Theory:

Perpendicular from the Centre to a Chord
 
Theorem: The perpendicular from the centre of a circle to a chord bisects the chord.
Explanation:
 
Theorem 1.png
 
The theorem states that if \(O\) is the centre and \(PQ\) is the chord, then the perpendicular \(OR\) from the centre \(O\) to the chord \(PQ\) bisects the chord \(PQ\) (i.e.) \(PR = RQ\).
Example:
The chord of length \(24 cm\) is drawn from a perpendicular distance of \(9 cm\) from the centre of the circle. Find the radius of the circle.
 
Solution:
 
The pictorial representation of the given question is as follows:
 
Theoren 1 eg.png
 
Given the distance from the centre of the circle \(=\) \(9 cm\)
 
The length of the chord \(=\) \(24 cm\).
 
Here, \(\angle ORP = 90^{\circ}\).
 
Therefore, by the theorem, we have:
 
\(PR = RQ\)
 
\(=\) 242
 
\(=\) 12 \(cm\)
 
Consider the triangle \(OPR\):
 
By the known Pythagoras theorem:
\(\text{Hypotenuse side}^{2} = \text{Adjacent side}^{2} + \text{Opposite side}^{2}\)
Let's find the length of \(OP\) as follows:
 
\(OP^{2} = OR^{2} + RP^{2}\)
 
\(= 9^{2} + 12^{2}\)
 
\(= 81 + 144\)
 
\(= 225\)
 
Thus, \(OP = \sqrt{225}\)
 
\(= 15\) \(cm\)
 
Therefore, the radius of the circle is \(15\) \(cm\).
Converse of the theorem: The line drawn through the centre of the circle to bisect a chord is perpendicular to the chord.
Explanation:
 
Theorem 1.png
 
The theorem states that if \(O\) is the centre and \(R\) is the mid-point of the chord \(PQ\), the line joining the centre \(O\) and the mid-point \(R\) is perpendicular to the chord \(PQ\).
 
Proof of the theorem:
 
Consider a circle with centre \(O\) and a chord \(PQ\) as follows:
 
Draw a line \(OR\) joining the centre and the mid-point \(R\) of the chord \(PQ\).
 
Join the points \(OP\) and \(OQ\).
 
Theorem 1 exp.png
 
Here, \(OP\) and \(OQ\) are radius. So, they are equal.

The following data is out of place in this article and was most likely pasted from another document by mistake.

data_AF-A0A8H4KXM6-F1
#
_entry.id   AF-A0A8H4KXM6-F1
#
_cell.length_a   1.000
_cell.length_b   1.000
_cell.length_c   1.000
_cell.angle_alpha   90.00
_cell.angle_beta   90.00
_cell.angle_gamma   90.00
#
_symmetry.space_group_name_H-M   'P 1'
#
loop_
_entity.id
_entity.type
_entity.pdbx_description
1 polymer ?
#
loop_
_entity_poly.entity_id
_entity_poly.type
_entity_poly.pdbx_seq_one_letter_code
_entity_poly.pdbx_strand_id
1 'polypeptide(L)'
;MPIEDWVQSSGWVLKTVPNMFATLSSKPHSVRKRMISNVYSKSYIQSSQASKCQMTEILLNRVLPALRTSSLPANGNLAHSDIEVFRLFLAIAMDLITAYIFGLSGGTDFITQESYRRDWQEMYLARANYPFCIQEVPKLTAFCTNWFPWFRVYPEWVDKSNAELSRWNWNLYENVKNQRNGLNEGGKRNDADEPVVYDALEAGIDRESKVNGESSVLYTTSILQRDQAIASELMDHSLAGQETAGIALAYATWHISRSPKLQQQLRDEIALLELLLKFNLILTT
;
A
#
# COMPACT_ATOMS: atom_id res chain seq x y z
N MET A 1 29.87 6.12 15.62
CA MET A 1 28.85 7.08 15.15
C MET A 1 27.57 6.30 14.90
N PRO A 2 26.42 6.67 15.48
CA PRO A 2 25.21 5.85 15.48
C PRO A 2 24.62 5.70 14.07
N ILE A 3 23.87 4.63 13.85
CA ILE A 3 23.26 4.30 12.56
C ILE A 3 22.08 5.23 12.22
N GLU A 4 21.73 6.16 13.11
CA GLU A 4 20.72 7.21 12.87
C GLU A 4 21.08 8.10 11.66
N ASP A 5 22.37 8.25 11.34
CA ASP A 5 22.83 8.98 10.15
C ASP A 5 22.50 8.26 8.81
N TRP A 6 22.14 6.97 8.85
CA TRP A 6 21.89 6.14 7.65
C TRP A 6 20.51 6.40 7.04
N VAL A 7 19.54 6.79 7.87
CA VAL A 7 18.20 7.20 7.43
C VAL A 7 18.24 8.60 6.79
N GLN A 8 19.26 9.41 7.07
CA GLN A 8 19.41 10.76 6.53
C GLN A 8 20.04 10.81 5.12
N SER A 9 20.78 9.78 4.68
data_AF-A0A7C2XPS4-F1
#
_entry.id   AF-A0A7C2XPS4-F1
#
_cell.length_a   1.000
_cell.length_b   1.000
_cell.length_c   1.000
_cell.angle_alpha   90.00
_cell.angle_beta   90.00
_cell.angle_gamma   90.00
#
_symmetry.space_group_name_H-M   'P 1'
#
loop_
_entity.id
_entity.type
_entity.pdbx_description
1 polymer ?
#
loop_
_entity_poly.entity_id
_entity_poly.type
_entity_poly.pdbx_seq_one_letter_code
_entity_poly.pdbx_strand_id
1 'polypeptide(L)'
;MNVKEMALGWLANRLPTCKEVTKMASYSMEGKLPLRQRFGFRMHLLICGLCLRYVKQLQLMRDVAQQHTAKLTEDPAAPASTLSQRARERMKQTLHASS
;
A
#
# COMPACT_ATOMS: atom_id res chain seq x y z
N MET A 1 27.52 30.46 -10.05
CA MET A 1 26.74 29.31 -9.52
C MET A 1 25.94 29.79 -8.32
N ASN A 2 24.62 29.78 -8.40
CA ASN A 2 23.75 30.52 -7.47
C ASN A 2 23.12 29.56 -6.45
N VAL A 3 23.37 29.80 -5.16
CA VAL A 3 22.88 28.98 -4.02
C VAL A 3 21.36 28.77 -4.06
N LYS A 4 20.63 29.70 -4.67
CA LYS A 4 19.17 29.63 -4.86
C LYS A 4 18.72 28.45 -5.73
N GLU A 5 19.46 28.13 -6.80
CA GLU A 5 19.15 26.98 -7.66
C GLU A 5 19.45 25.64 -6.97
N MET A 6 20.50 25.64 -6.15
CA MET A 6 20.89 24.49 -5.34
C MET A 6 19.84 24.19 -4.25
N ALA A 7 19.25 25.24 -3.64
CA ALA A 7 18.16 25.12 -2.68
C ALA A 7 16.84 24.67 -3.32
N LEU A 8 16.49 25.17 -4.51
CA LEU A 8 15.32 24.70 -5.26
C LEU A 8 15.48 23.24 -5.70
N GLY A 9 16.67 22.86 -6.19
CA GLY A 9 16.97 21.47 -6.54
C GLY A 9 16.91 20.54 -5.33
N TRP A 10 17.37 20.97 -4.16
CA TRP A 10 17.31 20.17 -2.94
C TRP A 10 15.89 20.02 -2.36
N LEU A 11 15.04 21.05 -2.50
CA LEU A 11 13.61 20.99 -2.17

Since \(R\) is the mid-point, the sides \(PR = RQ\).
 
Also, the side \(OR\) is common to the triangle \(ORP\) and \(ORQ\).
 
Therefore, by the RHS rule (In two right-angled triangles, if the length of the hypotenuse and one side of one triangle is equal to the length of the hypotenuse and corresponding side of the other triangle, then the two triangles are congruent), the triangles \(ORP\) and \(ORQ\) are congruent.
 
By the congruency the corresponding parts of the triangles are equal. So, \(\angle ORP = \angle ORQ\).
 
It is observed that \(\angle ORP\) and \(\angle ORQ\) are linear pairs.
 
This implies:
 
\(\angle ORP\) \(+\) \(\angle ORQ\) \(=\) \(180^{\circ}\)
 
\(2 \angle ORP\) \(=\) \(180^{\circ}\)
 
\(\angle ORP\) \(=\) \(\frac{180^{\circ}}{2}\)
 
\(=\) \(90^{\circ}\)
 
Since \(\angle ORP = \angle ORQ = 90^{\circ}\) we say that \(OR \perp PQ\).
 
Therefore, the line drawn through the centre of the circle to bisect a chord is perpendicular to the chord.
Example:
Find the measure of the angle between the line joining the centre of the circle and the mid-point of the chord of the circle.
 
Solution:
 
By the theorem, the line joining the centre of the circle and the midpoint of a chord is perpendicular to the chord.
 
So, the line from the centre of the circle and the midpoint of a chord are perpendicular to each other.
 
That is, the angle between the line from the centre to the chord is \(90^{\circ}\).
 
Therefore, the measure of the angle between the line joining the centre of the circle and the mid-point of the chord of the circle is \(90^{\circ}\).